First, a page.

Assisted Reproductive Technology and Women’s Timing of Marriage and Childbearing
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This paper exploited variation in mandated insurance coverage of assisted reproductive technology (ART) across US states and over time to examine the connection between the price of ART and women’s timing of family including marriage and child bearing in and out of wedlock. Duration and competing risks analyses were estimated to investigate the effects of ART insurance mandates on women’s timing of first marriage and first birth using the 1968–2009 Panel Study of Income Dynamics. The findings suggest that the mandates were associated with delayed marriage and childbearing at younger ages and an increased likelihood of marriage and motherhood at ages 30 and older, but only for college graduate women. For the full sample of women, the mandates were associated with an increased likelihood of marriage at ages 25 and older and motherhood within marriage after at ages 30 and older, but not with delay at younger ages. Results by race were similar to those for the full sample for Whites, but were generally less significant for Blacks. No significant effects of the mandates were found for out-of-wedlock childbearing.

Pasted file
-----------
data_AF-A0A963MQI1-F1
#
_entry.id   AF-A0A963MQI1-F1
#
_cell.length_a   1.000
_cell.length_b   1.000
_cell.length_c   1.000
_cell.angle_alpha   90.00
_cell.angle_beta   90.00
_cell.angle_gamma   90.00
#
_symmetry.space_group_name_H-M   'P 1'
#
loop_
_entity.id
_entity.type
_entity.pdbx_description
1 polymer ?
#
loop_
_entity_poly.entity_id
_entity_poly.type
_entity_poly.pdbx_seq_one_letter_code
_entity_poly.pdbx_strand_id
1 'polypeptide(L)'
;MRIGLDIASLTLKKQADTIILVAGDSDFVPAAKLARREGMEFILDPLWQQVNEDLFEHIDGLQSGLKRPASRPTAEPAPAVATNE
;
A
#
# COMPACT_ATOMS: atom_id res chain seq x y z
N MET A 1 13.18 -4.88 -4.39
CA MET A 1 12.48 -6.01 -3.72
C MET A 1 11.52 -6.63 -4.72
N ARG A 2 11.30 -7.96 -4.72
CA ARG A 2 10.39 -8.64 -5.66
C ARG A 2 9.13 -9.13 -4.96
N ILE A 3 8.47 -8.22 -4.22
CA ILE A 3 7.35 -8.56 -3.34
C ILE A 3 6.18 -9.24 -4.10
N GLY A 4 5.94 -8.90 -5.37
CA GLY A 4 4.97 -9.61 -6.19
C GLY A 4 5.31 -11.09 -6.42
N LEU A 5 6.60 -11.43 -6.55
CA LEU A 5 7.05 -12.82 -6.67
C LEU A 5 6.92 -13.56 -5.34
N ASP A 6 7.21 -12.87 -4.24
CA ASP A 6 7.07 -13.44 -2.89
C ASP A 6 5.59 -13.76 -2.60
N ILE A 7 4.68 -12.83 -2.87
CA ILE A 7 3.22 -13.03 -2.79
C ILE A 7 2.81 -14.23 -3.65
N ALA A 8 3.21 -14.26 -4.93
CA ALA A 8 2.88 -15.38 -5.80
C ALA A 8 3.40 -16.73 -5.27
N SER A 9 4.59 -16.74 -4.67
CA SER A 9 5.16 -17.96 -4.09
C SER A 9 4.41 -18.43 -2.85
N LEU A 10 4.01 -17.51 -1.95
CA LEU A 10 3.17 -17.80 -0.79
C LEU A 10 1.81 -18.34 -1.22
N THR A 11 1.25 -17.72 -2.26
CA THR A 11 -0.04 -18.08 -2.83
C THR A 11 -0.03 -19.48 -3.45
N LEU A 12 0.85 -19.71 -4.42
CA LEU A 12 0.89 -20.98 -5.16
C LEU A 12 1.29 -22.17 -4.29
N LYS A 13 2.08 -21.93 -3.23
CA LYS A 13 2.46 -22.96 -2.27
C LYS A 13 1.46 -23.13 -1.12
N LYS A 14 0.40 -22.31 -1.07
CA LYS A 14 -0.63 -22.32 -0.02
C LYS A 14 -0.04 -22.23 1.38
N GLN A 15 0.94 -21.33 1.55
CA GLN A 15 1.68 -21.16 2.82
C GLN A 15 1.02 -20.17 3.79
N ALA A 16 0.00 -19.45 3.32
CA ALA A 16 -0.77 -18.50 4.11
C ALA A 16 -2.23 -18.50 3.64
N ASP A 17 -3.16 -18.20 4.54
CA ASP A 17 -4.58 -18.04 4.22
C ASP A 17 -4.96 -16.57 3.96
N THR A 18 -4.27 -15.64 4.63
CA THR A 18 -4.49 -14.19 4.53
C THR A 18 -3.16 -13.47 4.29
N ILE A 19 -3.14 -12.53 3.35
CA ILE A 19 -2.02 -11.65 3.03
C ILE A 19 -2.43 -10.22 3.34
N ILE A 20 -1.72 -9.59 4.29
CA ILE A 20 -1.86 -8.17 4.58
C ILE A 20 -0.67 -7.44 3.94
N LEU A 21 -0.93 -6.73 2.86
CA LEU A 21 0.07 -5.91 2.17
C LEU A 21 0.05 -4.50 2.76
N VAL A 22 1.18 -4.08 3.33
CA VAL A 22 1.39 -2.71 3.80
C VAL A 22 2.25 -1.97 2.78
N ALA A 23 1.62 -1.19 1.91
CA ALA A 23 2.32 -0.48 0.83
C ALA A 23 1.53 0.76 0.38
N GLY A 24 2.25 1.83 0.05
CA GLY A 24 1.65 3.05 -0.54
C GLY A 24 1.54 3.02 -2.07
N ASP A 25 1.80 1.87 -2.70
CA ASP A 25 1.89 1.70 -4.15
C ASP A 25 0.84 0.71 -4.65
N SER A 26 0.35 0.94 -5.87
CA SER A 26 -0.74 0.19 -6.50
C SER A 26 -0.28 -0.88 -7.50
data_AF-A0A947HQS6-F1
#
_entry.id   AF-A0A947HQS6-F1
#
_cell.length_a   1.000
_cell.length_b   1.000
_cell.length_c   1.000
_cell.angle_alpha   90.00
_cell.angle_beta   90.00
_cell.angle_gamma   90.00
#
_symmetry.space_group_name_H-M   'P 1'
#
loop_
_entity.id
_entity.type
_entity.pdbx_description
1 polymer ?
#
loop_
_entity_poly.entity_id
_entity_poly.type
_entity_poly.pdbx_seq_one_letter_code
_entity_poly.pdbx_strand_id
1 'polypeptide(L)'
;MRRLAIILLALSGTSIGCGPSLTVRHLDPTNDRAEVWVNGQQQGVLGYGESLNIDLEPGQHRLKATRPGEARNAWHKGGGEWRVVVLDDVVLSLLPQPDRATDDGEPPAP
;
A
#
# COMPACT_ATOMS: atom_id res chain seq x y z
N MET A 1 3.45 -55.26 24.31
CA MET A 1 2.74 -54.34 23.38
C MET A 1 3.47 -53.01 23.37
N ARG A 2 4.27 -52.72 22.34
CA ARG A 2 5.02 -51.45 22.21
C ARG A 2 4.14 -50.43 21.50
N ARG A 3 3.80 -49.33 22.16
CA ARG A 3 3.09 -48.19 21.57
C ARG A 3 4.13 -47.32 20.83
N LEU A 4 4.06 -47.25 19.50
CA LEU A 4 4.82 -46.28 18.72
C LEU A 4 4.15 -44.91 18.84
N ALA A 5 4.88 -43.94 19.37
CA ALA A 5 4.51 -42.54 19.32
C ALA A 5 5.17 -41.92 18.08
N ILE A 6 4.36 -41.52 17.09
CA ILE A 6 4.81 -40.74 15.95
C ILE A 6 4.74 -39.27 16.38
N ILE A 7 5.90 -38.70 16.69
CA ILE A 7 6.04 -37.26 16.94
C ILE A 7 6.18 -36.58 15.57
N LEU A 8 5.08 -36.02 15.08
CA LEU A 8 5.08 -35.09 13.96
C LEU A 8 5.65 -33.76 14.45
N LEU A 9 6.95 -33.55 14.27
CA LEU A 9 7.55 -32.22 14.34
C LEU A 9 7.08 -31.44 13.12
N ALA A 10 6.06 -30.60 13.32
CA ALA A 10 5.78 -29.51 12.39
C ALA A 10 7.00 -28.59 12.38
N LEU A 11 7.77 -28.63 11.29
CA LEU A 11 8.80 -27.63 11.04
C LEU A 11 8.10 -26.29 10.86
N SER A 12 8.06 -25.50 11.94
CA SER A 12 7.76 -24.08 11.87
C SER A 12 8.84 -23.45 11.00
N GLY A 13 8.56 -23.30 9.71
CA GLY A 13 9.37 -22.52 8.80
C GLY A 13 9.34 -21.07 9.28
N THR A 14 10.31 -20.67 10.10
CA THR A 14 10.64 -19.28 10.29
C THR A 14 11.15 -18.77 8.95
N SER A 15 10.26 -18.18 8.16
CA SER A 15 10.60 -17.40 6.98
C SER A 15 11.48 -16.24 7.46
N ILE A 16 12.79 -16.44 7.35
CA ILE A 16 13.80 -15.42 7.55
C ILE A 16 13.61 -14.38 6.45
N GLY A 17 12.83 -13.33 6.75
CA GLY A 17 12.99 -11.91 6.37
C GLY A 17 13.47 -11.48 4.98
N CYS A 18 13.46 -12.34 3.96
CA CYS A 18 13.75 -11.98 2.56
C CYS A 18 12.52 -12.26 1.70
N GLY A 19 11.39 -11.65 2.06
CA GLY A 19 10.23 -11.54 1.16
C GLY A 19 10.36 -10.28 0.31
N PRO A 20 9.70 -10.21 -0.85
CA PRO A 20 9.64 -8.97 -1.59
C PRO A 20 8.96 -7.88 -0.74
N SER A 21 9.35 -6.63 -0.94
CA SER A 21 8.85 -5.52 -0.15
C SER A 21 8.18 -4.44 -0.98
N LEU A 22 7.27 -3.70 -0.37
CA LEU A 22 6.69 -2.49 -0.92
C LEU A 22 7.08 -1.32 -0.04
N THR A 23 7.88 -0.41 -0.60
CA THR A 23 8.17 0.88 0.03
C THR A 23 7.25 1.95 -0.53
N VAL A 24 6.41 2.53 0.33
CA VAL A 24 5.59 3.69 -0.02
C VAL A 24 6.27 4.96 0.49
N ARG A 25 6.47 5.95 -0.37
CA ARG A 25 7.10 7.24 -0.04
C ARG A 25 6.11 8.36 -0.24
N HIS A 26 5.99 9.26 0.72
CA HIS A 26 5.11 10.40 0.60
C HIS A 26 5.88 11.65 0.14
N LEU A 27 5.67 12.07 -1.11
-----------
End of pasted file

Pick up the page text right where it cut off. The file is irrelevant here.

KeywordsMarriage Fertility Economics of the Family Assisted Reproductive Technology Infertility Insurance Mandates
The author is grateful to Shelly Lundberg, Anirban Basu, Seik Kim, Judith Thornton, Robert Plotnick, Elaina Rose, Rachel Heath, Laura Hosken, and Rob Letzler for their invaluable feedback. I would also like to thank seminar participants at the 2011 Western Economics Association International annual meetings and 2012 Society of Labor Economists annual meetings for their helpful comments.
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